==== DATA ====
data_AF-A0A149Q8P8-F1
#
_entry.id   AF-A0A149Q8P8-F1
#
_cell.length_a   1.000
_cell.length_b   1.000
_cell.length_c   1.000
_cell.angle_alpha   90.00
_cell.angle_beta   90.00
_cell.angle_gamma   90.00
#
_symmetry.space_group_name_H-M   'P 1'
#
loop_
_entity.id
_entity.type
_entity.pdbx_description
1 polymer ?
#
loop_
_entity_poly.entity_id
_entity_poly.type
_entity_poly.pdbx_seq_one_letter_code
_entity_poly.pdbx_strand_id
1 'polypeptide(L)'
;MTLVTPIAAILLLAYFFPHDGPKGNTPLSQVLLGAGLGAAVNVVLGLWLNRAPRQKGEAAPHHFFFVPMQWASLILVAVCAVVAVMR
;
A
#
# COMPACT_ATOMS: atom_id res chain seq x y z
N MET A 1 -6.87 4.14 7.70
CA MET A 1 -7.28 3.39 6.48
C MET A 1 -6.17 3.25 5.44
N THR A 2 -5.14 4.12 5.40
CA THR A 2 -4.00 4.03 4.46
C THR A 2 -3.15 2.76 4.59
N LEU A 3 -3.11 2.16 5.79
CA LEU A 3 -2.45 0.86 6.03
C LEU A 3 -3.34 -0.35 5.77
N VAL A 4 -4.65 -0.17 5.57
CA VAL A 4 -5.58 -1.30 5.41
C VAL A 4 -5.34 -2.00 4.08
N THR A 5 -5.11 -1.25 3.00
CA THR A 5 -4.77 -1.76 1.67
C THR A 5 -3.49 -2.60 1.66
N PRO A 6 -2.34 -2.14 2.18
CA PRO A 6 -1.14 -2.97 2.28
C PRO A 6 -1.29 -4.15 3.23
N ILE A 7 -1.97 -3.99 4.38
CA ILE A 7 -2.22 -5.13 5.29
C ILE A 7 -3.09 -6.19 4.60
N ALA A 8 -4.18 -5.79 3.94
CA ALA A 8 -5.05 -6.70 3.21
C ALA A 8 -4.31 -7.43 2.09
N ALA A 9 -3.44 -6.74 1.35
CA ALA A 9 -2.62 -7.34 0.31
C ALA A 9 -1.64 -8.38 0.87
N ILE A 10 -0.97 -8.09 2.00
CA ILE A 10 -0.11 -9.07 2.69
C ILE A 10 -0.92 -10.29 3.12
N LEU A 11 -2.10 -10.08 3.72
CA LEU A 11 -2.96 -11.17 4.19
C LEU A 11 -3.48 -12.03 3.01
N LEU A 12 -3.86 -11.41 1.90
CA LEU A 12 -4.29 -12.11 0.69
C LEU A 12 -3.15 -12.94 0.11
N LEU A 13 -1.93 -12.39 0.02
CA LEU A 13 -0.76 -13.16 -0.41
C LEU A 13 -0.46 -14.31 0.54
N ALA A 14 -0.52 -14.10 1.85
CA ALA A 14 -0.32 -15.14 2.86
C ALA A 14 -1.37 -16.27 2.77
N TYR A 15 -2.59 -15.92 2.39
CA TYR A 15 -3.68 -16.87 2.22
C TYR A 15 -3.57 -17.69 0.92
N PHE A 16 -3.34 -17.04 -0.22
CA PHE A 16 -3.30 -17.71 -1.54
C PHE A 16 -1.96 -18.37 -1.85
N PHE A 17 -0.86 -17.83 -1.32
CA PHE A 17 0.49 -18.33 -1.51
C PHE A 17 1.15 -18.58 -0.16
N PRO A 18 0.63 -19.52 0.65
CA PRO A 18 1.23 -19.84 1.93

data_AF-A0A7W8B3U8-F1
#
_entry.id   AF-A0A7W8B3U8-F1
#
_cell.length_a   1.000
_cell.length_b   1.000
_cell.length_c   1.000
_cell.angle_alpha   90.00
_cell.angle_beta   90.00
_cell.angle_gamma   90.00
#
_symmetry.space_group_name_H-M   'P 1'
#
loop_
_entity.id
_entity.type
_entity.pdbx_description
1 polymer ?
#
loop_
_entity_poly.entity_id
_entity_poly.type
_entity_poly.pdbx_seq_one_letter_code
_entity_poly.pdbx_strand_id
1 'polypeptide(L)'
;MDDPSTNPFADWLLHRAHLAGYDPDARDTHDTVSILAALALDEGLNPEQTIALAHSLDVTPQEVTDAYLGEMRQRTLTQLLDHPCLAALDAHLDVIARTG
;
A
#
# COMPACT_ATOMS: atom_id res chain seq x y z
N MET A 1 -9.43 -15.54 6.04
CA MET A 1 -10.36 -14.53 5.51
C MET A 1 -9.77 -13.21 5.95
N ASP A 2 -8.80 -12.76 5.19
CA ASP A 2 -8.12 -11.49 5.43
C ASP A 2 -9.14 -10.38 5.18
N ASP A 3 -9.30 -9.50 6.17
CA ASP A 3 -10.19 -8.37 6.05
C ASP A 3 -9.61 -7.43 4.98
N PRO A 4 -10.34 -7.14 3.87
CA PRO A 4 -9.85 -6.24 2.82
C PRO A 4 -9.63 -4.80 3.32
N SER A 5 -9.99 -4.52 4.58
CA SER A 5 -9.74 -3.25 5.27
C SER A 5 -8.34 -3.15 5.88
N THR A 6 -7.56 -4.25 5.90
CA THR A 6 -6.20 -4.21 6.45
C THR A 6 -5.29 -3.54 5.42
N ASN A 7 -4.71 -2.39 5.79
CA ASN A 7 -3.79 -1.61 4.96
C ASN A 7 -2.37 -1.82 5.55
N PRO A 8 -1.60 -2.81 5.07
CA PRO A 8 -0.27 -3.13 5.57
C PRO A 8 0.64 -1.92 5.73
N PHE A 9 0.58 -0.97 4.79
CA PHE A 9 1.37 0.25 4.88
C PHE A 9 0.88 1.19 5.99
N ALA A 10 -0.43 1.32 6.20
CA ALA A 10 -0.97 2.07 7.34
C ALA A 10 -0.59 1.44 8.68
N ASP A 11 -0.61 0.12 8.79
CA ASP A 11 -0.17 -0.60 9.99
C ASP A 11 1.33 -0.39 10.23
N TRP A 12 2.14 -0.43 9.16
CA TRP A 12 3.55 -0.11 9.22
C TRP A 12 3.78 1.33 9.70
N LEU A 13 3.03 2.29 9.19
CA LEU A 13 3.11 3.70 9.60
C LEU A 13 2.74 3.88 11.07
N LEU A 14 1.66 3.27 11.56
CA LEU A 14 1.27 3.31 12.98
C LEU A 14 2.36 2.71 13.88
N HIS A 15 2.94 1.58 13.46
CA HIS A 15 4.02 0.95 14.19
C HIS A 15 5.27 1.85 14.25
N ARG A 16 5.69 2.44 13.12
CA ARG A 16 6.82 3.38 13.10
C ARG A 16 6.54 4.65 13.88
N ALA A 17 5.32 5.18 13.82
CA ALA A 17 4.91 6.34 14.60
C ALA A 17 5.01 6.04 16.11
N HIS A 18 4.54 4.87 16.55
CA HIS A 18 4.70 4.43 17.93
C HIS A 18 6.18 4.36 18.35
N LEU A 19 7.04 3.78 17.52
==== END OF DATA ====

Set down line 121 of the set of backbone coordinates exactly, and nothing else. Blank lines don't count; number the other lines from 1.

CA ASP A 3 -10.19 -8.37 6.05